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Five Tips for Overcoming Blank Screen Anxiety

alexwassonAlex Wasson, Consultant

For many writers, the angry blinking cursor on a blank Microsoft Word document is one of the most intimidating barriers to overcome in the writing process. The flashing cursor is like the ticking of a clock, reminding writers of a deadline fast approaching. And the blank screen mocks what we writers fear most: that we have nothing to say.

Entering the drafting stage of writing a paper is a daunting challenge for even the most experienced writers, regardless of the length and the theme of the assignment. You are not alone if you have put off getting on the computer until the last possible minute, acutely aware of the blank document hovering on your screen. You are not alone if your writing is so burdened by the anxiety of self-doubt that starting the process seems impossible. If this difficulty with the beginning of the writing process is familiar to you, there is absolutely hope; our papers, more often than not, are completed and submitted. But how can we make the beginning stage of the drafting process a bit easier on ourselves?

As it is the time of the semester for blinking cursors and blank screens, here are five tips for overcoming the anxiety that often accompanies typing the first words in the drafting process.

Write Down Anything

Writing “chicken salad chicken salad chicken salad” or other non-related gibberish at the top of the Word document may be just the trick your mind needs to believe that you are making strides in the assignment. I always begin my drafting process by writing the complete heading on my first page so that I can see something on the screen other than white space. Sometimes I write a nonsensical story to fill up space (often about my dog) and unconsciously transition into writing that is more on-topic. Write down whatever comes to mind, and eventually you will find yourself in the “zone” and able to hone in on the topic at hand.

Begin with Pencil and Paper

Avoid the blank screen altogether by doodling and jotting down notes on a piece of paper. A piece of paper often seems less confrontational than a computer, and the ability to scribble in a nonlinear, abstract fashion may inspire an out-of-the-box introduction for your essay. Once you have something written down on paper, revisit the computer and type in your notes to get rid of that blank screen.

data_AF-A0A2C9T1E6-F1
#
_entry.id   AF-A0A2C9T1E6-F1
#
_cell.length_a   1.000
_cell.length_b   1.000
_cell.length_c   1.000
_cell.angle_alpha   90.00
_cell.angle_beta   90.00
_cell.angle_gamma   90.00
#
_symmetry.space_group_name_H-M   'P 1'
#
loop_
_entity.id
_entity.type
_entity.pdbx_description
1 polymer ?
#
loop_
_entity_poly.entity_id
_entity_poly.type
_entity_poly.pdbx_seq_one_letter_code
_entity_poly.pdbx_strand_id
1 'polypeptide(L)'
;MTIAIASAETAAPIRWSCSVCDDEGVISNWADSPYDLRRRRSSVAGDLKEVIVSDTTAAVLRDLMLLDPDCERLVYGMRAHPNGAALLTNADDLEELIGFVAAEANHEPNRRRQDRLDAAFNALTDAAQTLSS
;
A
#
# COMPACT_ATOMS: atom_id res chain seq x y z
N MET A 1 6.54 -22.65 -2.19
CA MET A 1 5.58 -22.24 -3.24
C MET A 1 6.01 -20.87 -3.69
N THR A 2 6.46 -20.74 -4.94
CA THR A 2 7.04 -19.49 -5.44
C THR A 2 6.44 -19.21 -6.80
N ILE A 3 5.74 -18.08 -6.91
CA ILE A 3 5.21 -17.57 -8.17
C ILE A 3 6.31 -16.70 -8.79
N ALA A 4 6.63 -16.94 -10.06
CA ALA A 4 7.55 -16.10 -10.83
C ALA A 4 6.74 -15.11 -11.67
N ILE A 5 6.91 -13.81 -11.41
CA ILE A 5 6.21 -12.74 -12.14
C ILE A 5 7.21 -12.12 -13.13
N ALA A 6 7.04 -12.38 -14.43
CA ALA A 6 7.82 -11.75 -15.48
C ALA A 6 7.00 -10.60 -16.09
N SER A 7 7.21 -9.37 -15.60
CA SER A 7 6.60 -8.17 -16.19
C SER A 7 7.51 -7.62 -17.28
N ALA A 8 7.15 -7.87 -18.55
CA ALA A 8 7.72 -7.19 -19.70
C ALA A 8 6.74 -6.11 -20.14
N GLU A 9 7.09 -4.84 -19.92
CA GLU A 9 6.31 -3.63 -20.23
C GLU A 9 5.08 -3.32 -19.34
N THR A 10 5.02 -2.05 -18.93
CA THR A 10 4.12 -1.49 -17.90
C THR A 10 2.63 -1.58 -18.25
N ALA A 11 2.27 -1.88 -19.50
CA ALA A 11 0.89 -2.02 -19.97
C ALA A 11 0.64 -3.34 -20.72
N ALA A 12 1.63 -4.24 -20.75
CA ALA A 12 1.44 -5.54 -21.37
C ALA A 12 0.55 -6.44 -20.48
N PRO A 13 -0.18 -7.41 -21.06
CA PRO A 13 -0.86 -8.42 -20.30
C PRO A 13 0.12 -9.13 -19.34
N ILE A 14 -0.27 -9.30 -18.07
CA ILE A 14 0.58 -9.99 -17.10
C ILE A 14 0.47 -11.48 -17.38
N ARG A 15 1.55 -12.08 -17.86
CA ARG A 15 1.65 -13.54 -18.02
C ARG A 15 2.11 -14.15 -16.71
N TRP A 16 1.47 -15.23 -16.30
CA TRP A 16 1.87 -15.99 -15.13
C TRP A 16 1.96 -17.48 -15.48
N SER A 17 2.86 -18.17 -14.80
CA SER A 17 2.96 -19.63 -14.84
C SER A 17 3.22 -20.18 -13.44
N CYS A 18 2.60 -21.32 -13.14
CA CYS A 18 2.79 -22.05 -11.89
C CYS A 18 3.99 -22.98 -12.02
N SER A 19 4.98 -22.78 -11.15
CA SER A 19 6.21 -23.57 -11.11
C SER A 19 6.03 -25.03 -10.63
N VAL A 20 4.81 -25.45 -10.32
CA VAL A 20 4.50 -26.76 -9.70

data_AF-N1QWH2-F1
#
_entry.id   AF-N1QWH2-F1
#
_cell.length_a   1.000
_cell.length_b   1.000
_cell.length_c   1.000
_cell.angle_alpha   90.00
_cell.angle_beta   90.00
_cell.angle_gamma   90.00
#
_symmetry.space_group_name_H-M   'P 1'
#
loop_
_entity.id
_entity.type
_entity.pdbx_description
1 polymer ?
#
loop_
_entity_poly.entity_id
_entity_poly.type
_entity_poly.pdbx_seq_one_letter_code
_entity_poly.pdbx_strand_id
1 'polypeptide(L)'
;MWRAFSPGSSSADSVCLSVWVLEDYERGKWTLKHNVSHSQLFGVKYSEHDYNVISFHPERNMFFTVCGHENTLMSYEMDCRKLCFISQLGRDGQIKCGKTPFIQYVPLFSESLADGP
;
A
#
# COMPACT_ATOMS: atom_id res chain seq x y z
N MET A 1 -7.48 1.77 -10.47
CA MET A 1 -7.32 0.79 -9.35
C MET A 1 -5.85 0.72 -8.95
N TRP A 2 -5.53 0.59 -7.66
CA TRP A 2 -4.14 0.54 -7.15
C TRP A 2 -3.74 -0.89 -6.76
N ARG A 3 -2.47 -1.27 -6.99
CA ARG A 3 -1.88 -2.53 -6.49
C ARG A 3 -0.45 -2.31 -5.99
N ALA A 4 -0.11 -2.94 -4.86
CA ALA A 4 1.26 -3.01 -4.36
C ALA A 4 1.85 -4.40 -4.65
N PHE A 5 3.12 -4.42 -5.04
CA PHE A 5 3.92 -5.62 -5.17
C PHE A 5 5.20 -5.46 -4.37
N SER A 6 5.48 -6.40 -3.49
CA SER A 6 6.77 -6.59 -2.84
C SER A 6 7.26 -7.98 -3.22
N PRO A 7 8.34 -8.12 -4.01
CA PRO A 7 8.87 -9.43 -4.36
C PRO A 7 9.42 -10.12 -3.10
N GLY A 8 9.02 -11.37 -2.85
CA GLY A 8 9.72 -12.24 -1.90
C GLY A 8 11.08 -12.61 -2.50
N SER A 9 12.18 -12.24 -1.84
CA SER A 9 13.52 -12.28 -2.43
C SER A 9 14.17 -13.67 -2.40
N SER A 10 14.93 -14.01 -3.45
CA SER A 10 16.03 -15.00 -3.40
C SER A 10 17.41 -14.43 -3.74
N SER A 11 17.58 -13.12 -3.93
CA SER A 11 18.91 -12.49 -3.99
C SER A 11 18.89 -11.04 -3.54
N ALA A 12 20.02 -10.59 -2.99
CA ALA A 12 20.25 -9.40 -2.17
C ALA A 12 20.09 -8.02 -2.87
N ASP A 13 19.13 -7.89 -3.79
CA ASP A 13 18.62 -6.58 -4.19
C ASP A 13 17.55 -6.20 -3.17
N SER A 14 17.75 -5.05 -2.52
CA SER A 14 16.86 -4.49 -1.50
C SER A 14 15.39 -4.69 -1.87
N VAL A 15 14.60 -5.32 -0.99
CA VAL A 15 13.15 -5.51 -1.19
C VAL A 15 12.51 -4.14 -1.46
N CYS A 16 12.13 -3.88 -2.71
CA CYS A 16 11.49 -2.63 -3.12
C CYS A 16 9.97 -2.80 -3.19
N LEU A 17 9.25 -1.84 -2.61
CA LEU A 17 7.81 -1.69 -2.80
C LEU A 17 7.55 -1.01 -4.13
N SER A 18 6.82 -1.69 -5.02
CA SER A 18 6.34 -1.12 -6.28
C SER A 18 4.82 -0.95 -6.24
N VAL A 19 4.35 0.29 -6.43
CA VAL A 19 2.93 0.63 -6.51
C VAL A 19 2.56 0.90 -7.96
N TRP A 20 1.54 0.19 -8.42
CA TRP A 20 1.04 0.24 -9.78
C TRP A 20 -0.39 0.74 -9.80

Talk to a Friend

Chatting about your topic with a friend can inspire new ideas and strategies for getting started on your assignment, especially if you are more comfortable speaking aloud than writing. If you are like me and forget immediately what you say aloud, record your conversation on your phone and then transcribe the conversation. The typed transcription will defeat the blank page and give you a good start on a draft. Can’t find anyone willing to have a conversation about 16th century baroque architecture or the economic implications of raising minimum wage? The writing center is the perfect resource for you.

Write Everything You Know about Your Topic

For longer assignments, typing everything you know about your topic may not be feasible. But for the 3-5 page paper, a bullet point list of what you understand about your topic can provide a good sense of direction for a paper that seems impossible to begin. These points might just encompass the heart of your paper, and they also help you assess just how well you understand your topic in the first place.

Write it Backwards

Don’t know how to start a paper? It’s important to keep in mind that a paper does not have to be written in order from introduction to conclusion. It may be helpful to start at the end, what you want your audience to take away from your paper, and work your way back to the introduction. You may be very confident writing a particular section of the body paragraphs but unsure of how to get started with an introduction; if so, start writing where you are most comfortable and return to the introduction after you get a better understanding of where you want your paper to go. Beginning the drafting process in the section where you are most comfortable will build confidence and prepare you for the more difficult sections ahead.

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One thought on “Five Tips for Overcoming Blank Screen Anxiety

  1. Pingback: Happy International Writing Centers Week! | UofL Writing Center

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